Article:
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"There are still some wild, unorthodox, unpredictable, furry animals to go in this zoo." — Edge, on the Zoo TV tour

Week In Review: September 11, 2020

Week In Review Header

Week In Review: September 11, 2020

Once again, @U2 brings you the latest in U2 The Edge news.


The Edge Shares His Thoughts About Marc Bolan

The big U2 news this week is of course the soon-to-be-released 20th anniversary reissue of All That You Can’t Leave Behind, which will be packed with rarities, remixes and a book of photos by Anton Corbijn. In case you missed it, you can read all about it right here.

Meanwhile, The Edge has spoken with The Guardian’s Alexis Petridis about U2’s contribution to Angelheaded Hipster, the Hal Willner-produced tribute to Marc Bolan and his band, T Rex. As part of the record’s multi-generational cast of contributors, U2 teamed up with Elton John to cover T Rex’s best-known song, “Bang A Gong (Get It On).”

The Edge describes watching T Rex perform on “Top of the Pops in 1971, at age 9: “It was kind of challenging... Marc Bolan was magical, but also sexually heightened and androgynous, with this glitter and makeup. […] I’d never seen anything like it: ‘What the hell is this? Real lads are not into this kind of stuff—this is clearly music for girls.’ But when I picked up a guitar a year later, ‘Hot Love’ was the first song I learned to play.”

The Edge recalls Bolan’s persona as “transgressional” and “ambiguous.” “I’ve no doubt every aspect of how he presented himself was just an outpouring of his understanding that things could be magical, things could be heightened. Out in the ordinary world, he managed to cast a spell over all of us.”

While punk rockers of the late 70s disdained some of the older, more self-indulgent rock bands, they considered Marc Bolan an influence. As a representative of those young punks, The Edge says, “There was incredible discipline in T Rex’s work. [T Rex never lost sight] of making great, accessible songs that have hooks and ideas and groove. They were an amazing band from that point of view, and that’s the thing that I think a lot of rock lost sight of, progressive rock and whatever—whatever it was, it was not sexy music. I think the T Rex discipline is what gave [punk] the chance to survive.”


Jo Whiley Interviews The Edge On BBC Radio 2

On September 10, The Edge spoke with BBC Radio 2’s Jo Whiley about the pandemic, Zoom and all that he can’t leave behind.

Just prior to lockdown, The Edge says, “I was actually working on some new songs with Bono, and suddenly the news started to get a little bleak about what was happening in Europe and America, and I had a decision: am I gonna go to Dublin, or am I gonna head to California where my wife was?”

The Edge opted for California and sneaked in just under the wire, before flights into the US were halted. He then returned to Dublin in early May. “I had some really great weather, and I had a bit of a garden to get out into, so I felt very fortunate. I was really feeling it for everyone who’s in an apartment somewhere in Italy or Spain or Ireland or the U.K. That would’ve been tough. […] It was hard not to be able to see friends and family, but overall I have to say I felt like one of the really lucky ones.”

Were there Zoom calls with the rest of the band? “Yeah, a lot of Zoom calls. I’m known as sort of the technology genius, but basically that’s ‘cause I know how to fix the printer.” The Edge goes on to gently disparage the technological savvy of the rest of the band.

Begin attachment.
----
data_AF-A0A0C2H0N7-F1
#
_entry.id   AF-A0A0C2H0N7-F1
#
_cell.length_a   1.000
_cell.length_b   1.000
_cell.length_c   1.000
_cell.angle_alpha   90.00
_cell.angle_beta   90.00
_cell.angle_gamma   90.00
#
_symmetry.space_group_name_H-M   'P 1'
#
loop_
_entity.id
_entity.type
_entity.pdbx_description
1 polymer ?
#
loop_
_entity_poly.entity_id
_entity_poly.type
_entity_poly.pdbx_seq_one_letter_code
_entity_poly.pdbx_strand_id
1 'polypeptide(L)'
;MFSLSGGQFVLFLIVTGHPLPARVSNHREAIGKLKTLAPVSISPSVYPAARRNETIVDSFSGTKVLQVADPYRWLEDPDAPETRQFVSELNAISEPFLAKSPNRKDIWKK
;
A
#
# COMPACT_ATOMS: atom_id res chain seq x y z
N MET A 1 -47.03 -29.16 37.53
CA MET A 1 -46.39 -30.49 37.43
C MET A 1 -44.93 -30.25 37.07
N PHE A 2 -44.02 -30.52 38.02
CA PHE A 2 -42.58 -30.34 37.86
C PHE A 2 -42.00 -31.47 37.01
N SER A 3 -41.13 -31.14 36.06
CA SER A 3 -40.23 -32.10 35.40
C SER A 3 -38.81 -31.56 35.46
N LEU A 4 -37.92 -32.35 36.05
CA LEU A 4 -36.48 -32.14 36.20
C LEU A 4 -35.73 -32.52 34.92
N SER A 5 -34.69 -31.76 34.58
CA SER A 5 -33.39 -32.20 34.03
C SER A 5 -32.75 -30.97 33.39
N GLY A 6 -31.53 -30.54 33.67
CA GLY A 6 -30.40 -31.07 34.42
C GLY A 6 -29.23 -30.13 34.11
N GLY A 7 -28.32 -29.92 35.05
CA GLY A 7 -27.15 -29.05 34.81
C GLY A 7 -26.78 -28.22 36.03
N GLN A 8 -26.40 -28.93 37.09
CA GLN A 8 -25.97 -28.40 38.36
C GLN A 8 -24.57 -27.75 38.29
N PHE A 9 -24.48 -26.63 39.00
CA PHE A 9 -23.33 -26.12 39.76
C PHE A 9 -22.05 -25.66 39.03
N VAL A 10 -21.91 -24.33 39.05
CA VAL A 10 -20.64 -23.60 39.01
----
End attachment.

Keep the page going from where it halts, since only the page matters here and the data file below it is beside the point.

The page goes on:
Of the upcoming ATYCLB reissue, The Edge says, “It’s an album that... we really loved and believed in, and in retrospect... I really think it’s up there with our best albums. So as we were thinking about how to commemorate the twentieth anniversary... we were looking at outtakes and different versions of songs we recorded at the time, and some of the more obscure and rare and maybe unreleased things. […] It appealed to my trainspotting side of my nature to find some of these things. There’s a great acoustic version of ‘Stuck In A Moment That You Can’t Get Out Of’ that hasn’t seen the light of day, and so that’s a thrill that we can release that.”

Asked about a bag with a laptop full of All That You Can't Leave Behind lyrics that was taken from Bono’s car outside the Clarence Hotel in Dublin, The Edge says, “It may have been helpful. […] The whole album was somewhat inspired by this concept of luggage: what you’re gonna bring, and when you are faced with this decision, you can’t bring 'heavy.' You’ve gotta just bring the essential things with you. So All That You Can’t Leave Behind is exactly that. What’s essential? What can you not live without? […] I think in a weird way we’re almost at that time again with COVID-19. It’s like, what can we safely let go of, what do we fight to hold on to? I think it’s not an unhealthy set of questions to ask yourself, whether you’re in a rock ’n’ roll band or not.”

What can’t The Edge leave behind? “The obvious, I suppose: family, friends. And one thing I’ve been thinking a lot about is being a good ancestor and being somebody who actually does think about long-term things, so you’re passing on a world that you would be happy to live in to the next generation. And I suppose it’s a time to be reflective. You’ve got this opportunity to leave the frantic pace of life that we live in to actually take a bit of a moment to just think about things. I’m sure it’s different for everybody, but we’ve all got things we can let go of. I think that's okay. I think that’s the lesson: We are going to be okay. We will get through this. If we just look out for each other, that’s what it’s all about.”


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